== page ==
Lieutenant Governor Timothy P. Murray talked about the questions raised about his campaign finances. (David L. Ryan/Globe Staff)
Responding to news that the attorney general is investigating his fund-raising, Lieutenant Governor Timothy Murray said today that he was ready to cooperate and to give back any campaign contributions that he should not have received.
“I think it was reported that last year I sat down and answered any questions that people have had, both with the OCPF [Office of Campaign and Political Finance] and with state and federal investigators on this, and we’re willing to do that,” he said. “We stand ready to continue to work with them to get money that we should not be in receipt of back to whoever gave it.”
He said it was “apparent somehow that we were in receipt of donations that people were pressured to give,” and that he did not want such money.
“If we made mistakes, I’m responsible. I will take responsibility for whatever mistakes that may have been made,” he told reporters gathered before a Worcester event.
Murray also denied that the questions about his fund-raising played any role in his decision, announced last week, to forgo a run for governor. “I withdrew for family reasons,” he said. He said that caucuses would begin in February for delegates to the June Democratic convention, while in March campaigning would ramp up with St. Patrick’s Day events.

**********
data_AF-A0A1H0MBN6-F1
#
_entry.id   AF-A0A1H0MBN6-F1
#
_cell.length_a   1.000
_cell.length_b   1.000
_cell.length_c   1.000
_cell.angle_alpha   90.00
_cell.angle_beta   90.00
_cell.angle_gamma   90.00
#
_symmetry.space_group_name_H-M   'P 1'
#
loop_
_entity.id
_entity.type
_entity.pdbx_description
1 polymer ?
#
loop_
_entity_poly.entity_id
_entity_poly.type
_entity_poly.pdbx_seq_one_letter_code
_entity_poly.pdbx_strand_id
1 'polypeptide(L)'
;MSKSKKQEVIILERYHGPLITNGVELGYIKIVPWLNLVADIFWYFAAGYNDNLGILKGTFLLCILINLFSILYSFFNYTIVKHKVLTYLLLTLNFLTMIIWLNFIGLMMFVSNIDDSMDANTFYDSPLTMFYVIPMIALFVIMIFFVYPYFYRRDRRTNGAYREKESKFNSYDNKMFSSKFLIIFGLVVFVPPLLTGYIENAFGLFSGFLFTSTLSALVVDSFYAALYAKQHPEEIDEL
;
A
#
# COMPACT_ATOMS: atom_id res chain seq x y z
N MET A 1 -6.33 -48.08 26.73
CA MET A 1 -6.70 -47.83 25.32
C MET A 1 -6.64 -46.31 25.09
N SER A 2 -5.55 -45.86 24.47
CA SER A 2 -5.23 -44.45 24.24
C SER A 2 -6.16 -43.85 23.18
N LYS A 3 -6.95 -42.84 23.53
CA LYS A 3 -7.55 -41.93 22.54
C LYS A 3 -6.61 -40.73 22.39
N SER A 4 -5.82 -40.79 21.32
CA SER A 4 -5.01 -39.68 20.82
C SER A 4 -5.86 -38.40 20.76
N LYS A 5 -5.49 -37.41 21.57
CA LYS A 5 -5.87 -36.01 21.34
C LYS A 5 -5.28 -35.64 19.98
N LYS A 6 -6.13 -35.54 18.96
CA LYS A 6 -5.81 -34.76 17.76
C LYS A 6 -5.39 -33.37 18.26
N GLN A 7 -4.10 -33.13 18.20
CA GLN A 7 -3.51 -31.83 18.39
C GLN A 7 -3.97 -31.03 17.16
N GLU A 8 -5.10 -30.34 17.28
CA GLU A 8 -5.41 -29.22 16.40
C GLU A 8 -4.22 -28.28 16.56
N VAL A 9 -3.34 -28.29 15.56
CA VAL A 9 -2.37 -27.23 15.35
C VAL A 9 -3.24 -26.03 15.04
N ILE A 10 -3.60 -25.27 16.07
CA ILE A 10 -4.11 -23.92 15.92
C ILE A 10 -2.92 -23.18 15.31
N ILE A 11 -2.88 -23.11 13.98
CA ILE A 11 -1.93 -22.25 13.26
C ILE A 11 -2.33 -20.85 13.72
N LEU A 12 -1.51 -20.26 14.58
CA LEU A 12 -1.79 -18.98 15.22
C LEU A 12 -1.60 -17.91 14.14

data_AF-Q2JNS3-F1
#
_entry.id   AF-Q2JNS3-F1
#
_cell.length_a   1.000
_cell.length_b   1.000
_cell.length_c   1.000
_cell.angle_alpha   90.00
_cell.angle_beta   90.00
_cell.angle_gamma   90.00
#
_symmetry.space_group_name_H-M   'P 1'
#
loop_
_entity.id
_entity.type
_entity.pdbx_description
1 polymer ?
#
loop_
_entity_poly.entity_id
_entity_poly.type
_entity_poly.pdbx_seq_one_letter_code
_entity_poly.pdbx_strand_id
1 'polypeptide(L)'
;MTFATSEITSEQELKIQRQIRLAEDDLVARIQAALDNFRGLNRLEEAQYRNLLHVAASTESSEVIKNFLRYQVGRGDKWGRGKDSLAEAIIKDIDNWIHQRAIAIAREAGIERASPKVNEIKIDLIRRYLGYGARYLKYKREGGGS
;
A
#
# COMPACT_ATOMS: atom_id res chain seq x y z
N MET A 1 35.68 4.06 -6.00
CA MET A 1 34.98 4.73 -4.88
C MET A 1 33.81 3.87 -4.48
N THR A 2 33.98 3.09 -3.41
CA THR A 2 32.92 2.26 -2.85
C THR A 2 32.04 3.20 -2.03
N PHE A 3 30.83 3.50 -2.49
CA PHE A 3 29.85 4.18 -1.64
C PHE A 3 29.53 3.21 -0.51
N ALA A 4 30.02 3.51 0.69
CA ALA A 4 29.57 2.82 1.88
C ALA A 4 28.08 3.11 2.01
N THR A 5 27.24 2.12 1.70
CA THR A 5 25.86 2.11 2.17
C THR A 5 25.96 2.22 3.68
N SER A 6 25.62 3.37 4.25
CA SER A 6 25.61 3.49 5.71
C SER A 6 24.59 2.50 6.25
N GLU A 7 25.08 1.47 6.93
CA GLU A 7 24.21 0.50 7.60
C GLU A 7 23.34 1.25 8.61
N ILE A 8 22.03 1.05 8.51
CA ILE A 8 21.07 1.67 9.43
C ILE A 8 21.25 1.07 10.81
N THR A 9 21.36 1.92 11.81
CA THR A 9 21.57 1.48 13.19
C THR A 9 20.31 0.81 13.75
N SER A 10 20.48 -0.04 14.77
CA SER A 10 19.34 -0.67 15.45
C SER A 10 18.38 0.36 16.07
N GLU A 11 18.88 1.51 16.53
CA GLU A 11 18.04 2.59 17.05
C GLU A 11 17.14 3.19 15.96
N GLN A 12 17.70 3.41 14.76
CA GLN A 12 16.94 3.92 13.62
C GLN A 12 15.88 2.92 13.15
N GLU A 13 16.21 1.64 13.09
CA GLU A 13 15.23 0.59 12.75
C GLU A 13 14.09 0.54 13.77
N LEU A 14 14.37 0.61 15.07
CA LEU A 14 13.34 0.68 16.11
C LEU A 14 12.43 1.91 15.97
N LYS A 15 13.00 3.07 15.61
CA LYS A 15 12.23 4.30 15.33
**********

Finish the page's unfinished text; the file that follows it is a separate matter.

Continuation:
“For all intents and purposes, the campaign begins for 2014 soon. So we were at that jump-off point. That’s the reason why,” he said.
The Globe reports in today’s editions that campaign finance regulators have found evidence that Murray violated state law by accepting political donations from Michael E. McLaughlin, the disgraced former Chelsea housing director. The regulators, in a letter sent in September, asked the attorney general to investigate Murray, as well as key members of his campaign. If eventually charged and convicted of knowingly accepting illegally raised contributions, Murray could face jail time and fines.
Murray himself initially requested that the regulators examine his fund-raising, presumably hoping he would be cleared.
“Obviously, the news of the last couple of days is frustrating. But it’s something that I think everyone knew I asked for, it’s been reported, and we’re trying to get to the bottom and working accordingly,” he said.
“You work hard, you try to build a reputation to get things done, and you try to make sure you’re doing things right,” he said.
Governor Deval Patrick again expressed support for Murray today.
“The lieutenant governor and I have had a lot of conversations about this. He has answered a lot of very pointed questions, not just from you folks, but also from me,” Patrick told reporters outside the annual meeting of the Massachusetts Municipal Association, the Telegram & Gazette of Worcester reported.
“I trust him. His answers have been complete. He has continued to cooperate with authorities who are looking into it. Right now we have got an investigation ongoing and we just have to let that play out,” Patrick said.
David L. Ryan of the Globe staff contributed to this report.